0
$\begingroup$
  1. If two events are simultaneous in one reference frame, are they simultaneous in all reference frames? Please provide thorough qualitative explanation

  2. If blue light is going at speed $c$, with red light emitted in opposite direction, at speed $-c$, would't the speed of red light in the frame of someone moving along the blue light, be $2c$? Is this a violation of SR? Any help is appreciated.

$\endgroup$
4
  • 1
    $\begingroup$ It's a bad idea to immediately accept an answer as you did. The answer you accepted is wrong. $\endgroup$
    – user4552
    Feb 27, 2018 at 2:07
  • 1
    $\begingroup$ I am new here. Just majored in Physics, and hoping to understand Special Relativity! Unfortunately most online ressources get deep into mathematical Lorentz transforms while my instructor prefers theory (theoretical physicist). $\endgroup$
    – Ryan
    Feb 27, 2018 at 2:18
  • 3
    $\begingroup$ Ryan, if you are under the impression that doing theory and getting deep into the mathematics are in opposition you are in for a rude surprise one of these days. Most theorists are thoroughly accomplished in the mathematical minutia. Your instructor may be giving you the high-altitude view for the moment, but dealing with the nitty-gritty in some way is coming. $\endgroup$ Feb 27, 2018 at 2:51
  • $\begingroup$ Subquestion 2 is a duplicate of physics.stackexchange.com/q/11398/2451 and links therein. $\endgroup$
    – Qmechanic
    Feb 27, 2018 at 8:32

3 Answers 3

1
$\begingroup$
  1. No. The Lorentz transformation gives $t'=\gamma t -(\gamma/c^2) vx$. If the events are distinct but simultaneous, and $v\ne0$, then the second term will never vanish.

  2. No. Special relativity doesn't allow frames of reference moving at the speed of light.

$\endgroup$
3
  • 1
    $\begingroup$ 1. This answer assumes one-dimensional space. In fact, if I rotate my frame from, say, $(t,x,y,z)$ to $(t,x-y,x+y,z)$, then events that were originally simultaneous remain simultaneous. 2. Correct as stated, though I think the OP would probably still want to ask what happens if $c$ is replaced by $.9c$, so while this answers the question that was asked, I'm not convinced it answers the question that was intended. (I hope this doesn't come off crankier than I intend it to; obviously this is all correct in spirit, but I thought a bit more care was worthwhile.) $\endgroup$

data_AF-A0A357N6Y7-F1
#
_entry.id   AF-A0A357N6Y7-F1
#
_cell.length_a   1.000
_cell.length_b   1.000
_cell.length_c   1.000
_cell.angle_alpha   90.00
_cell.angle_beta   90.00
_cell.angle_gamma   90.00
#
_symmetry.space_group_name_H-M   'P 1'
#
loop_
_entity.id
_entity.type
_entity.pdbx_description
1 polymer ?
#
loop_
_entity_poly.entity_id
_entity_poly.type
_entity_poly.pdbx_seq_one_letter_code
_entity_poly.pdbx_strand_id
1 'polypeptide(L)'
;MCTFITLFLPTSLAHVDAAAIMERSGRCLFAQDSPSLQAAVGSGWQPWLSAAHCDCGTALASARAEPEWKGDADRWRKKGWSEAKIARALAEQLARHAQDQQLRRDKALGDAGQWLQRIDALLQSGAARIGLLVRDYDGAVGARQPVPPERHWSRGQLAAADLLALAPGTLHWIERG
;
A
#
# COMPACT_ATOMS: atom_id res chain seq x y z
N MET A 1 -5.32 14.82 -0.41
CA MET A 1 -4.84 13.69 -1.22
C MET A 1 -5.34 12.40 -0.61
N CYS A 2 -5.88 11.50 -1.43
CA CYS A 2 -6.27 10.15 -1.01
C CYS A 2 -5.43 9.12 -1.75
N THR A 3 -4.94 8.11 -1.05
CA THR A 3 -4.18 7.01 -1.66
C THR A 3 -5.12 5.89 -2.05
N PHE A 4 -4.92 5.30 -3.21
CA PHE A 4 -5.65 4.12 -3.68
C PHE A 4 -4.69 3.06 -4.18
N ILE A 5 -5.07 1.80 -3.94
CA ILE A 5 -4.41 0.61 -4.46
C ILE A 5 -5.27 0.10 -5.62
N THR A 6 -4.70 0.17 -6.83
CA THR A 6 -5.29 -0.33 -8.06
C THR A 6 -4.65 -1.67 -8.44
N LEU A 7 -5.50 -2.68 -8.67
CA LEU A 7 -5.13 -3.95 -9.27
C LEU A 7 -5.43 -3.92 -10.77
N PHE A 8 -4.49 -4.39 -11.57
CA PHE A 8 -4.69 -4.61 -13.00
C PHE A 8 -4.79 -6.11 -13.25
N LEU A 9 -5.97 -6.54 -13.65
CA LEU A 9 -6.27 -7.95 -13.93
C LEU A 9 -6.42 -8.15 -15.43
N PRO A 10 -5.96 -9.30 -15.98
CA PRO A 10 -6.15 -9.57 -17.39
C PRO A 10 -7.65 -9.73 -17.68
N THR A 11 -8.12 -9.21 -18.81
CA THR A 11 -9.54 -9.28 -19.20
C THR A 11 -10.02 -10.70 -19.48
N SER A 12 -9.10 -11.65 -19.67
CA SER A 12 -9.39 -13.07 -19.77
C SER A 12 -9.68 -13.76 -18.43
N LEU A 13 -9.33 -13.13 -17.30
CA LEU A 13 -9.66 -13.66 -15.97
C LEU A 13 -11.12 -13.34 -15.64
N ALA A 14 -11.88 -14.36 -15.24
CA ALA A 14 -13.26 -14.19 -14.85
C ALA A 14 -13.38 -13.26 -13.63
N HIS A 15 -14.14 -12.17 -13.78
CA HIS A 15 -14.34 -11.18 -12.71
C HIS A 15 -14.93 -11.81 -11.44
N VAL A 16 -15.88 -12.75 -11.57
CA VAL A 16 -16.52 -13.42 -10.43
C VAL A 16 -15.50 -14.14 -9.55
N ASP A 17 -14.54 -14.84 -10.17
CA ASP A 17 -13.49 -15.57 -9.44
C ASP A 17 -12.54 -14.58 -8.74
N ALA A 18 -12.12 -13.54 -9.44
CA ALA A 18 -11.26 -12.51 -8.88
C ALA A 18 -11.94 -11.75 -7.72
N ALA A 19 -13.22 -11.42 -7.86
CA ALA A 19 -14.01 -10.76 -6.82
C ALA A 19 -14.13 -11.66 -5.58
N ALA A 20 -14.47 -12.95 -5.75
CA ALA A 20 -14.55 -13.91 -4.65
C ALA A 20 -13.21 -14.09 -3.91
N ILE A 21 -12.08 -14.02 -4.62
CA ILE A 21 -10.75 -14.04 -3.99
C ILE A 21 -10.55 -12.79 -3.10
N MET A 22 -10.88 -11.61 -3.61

– WillO
    Feb 27, 2018 at 2:11
  • $\begingroup$ Re 2, I interpreted his question as meaning what is the relative speed between two light waves going in opposite directions, hence how I cast my answer. It is true nothing (of a massive nature) can travel with the light. $\endgroup$
    – Steve
    Feb 27, 2018 at 2:27
  • $\begingroup$ Might be worth clarifying that the the spacial line between the events is perpendicular to the direction of boost simultaneity remains. $\endgroup$ Feb 27, 2018 at 3:02
0
$\begingroup$

(1) If 2 events have a space-like separation, then there is a reference frames where they are simultaneous (and also frames where A is before B and B is before A).

(2) If we work just on the collinear line of the photon's motion (or light pulses if you prefer)--then any observer confined to this line with any boost sees them moving away from each other at $2c$. Now if you boost orthogonal to that with $\gamma=10^9$--those photons are going to be nearly collinear, with a very low relative velocity.

BTW: this answer had no math in it--but @dmckee is right: you're going to need it.

$\endgroup$
-4
$\begingroup$
  1. Two events can be simultaneous in other frames. It depends the position of the events and the orientation of the movement between the frames. But no two events would be simultaneous in all possible frames.

  2. Taken literally the answer to the question is no, simply because no massive object can travel alongside the blue light.

    However, the wavefronts of light emitted in two diametrically opposite directions can be said to be moving at 2c relative to one another. It's not a violation of SR, because relativity deals with the speed of the interaction between two objects, not between two wavefronts of light.

    In your example, any object which received any light from your source (whether it be the red or the blue light), will still have received it at c from the source.

$\endgroup$
13
  • $\begingroup$ Thank you! for question 1, if two events are simultaneous for me, at rest, would they also be simultaneous to an alien at rest on Mars? $\endgroup$
    – Ryan
    Feb 27, 2018 at 2:00
  • 1
    $\begingroup$ This answer is completely wrong. The answers to both questions are no, not yes. $\endgroup$
    – user4552
    Feb 27, 2018 at 2:03
  • $\begingroup$ Contra @BenCrowell, the first part of this answer is certainly correct (see my comment on Ben's answer). But I agree that the second part is way off base. $\endgroup$
    – WillO
    Feb 27, 2018 at 2:16
  • $\begingroup$ If I am concerned only in one direction, that of motion, why is Steve's answer to 2 incorrect? $\endgroup$
    – Ryan
    Feb 27, 2018 at 2:19
  • 1
    $\begingroup$ You first answer isn't wrong as physics (there are some cases where they are still simultaneous), but that's because you have only answered for special cases. Your second one is wrong. Oh, from the POV of any material observer the closing speed of the two rays is $2c$, but that is not the relative speed which is mathematically undefined. $\endgroup$ Feb 27, 2018 at 2:54

Not the answer you're looking for? Browse other questions tagged or ask your own question.